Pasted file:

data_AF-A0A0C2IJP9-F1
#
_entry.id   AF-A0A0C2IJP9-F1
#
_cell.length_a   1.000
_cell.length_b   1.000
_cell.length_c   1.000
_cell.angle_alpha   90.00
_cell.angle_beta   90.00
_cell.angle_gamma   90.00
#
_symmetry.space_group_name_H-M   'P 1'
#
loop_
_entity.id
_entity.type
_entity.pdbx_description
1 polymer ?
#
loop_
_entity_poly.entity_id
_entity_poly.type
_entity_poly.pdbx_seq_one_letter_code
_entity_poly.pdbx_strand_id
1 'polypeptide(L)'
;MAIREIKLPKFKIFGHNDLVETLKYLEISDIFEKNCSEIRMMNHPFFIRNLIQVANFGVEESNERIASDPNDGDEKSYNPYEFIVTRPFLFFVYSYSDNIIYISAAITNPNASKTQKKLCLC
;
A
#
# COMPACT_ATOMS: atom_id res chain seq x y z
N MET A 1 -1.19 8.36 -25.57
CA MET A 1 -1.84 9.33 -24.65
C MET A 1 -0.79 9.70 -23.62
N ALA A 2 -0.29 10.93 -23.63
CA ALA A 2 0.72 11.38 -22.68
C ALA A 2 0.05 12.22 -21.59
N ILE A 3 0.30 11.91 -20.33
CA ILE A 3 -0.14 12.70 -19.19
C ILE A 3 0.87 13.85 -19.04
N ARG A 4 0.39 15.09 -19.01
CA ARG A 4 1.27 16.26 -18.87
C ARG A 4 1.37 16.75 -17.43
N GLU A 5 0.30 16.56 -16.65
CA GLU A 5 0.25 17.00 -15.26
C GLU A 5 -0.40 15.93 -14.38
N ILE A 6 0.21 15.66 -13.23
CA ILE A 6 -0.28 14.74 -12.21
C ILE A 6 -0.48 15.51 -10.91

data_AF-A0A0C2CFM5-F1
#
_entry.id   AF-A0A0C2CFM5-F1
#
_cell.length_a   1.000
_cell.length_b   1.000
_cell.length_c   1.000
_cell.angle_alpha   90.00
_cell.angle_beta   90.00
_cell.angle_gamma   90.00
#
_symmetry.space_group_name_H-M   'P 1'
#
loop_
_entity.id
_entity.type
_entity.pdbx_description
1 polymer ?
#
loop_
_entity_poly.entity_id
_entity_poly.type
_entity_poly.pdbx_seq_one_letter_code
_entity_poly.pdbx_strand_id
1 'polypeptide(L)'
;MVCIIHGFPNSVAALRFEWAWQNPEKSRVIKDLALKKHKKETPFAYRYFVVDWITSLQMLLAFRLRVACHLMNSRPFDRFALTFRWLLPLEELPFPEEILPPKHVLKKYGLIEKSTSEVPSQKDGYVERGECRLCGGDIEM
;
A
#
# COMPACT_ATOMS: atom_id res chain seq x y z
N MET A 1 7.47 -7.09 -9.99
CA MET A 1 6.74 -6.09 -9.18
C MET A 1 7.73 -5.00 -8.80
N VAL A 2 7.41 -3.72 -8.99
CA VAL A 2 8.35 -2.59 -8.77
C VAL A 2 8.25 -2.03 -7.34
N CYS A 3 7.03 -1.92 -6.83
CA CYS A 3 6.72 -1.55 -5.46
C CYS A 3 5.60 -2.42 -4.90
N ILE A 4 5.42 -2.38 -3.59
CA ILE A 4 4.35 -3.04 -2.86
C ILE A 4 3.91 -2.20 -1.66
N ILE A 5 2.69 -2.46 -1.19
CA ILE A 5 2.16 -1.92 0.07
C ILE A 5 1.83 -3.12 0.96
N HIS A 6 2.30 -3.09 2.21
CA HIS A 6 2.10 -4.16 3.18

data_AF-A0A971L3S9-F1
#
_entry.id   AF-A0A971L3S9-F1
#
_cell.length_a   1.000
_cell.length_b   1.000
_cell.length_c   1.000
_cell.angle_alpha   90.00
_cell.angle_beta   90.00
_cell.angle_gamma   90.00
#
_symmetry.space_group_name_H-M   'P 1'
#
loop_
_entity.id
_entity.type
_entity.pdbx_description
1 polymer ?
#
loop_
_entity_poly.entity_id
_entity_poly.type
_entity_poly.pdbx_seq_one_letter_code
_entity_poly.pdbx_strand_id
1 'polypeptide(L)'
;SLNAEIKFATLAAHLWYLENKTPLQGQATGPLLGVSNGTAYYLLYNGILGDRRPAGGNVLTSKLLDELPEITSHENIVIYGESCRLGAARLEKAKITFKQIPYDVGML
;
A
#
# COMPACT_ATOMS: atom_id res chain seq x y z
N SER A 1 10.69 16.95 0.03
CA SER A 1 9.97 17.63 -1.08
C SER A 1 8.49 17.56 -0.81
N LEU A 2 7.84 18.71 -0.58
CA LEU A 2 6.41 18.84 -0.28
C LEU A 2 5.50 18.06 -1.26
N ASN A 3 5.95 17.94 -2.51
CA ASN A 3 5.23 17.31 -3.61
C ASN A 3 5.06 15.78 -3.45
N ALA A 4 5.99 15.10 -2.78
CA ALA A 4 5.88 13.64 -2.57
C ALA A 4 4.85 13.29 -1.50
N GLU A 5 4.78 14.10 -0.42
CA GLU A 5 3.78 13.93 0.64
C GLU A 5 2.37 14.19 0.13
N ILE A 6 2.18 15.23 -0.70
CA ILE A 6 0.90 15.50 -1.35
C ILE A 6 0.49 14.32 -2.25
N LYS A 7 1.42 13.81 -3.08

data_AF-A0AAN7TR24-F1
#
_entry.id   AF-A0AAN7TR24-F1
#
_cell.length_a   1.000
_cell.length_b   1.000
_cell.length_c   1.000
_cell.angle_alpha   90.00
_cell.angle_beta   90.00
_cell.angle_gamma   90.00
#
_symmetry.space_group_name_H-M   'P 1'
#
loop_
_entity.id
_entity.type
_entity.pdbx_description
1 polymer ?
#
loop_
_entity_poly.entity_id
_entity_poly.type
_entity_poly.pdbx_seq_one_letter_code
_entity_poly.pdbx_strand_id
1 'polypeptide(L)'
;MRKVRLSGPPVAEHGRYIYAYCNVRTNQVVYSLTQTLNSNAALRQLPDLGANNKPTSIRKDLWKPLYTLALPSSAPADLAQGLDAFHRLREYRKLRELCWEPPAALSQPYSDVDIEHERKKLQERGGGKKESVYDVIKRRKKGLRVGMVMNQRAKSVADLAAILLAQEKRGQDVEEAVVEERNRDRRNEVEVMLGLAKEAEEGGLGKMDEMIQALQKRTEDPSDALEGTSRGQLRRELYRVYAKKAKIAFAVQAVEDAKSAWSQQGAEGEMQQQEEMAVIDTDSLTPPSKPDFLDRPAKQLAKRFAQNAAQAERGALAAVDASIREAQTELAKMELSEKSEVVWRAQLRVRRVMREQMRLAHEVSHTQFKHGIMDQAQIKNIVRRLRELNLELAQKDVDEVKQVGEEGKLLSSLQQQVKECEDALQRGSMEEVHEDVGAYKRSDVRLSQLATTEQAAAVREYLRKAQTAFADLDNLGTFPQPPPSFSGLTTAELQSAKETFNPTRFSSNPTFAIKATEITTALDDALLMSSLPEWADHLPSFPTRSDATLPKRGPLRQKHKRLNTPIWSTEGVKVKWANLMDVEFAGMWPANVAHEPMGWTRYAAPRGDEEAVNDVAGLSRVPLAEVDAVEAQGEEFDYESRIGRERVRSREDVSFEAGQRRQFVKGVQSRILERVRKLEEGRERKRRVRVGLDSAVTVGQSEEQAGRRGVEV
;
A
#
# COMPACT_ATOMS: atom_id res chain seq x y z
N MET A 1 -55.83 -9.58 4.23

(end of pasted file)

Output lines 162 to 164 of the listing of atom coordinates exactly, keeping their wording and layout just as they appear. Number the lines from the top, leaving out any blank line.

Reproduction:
1 polymer ?
#
loop_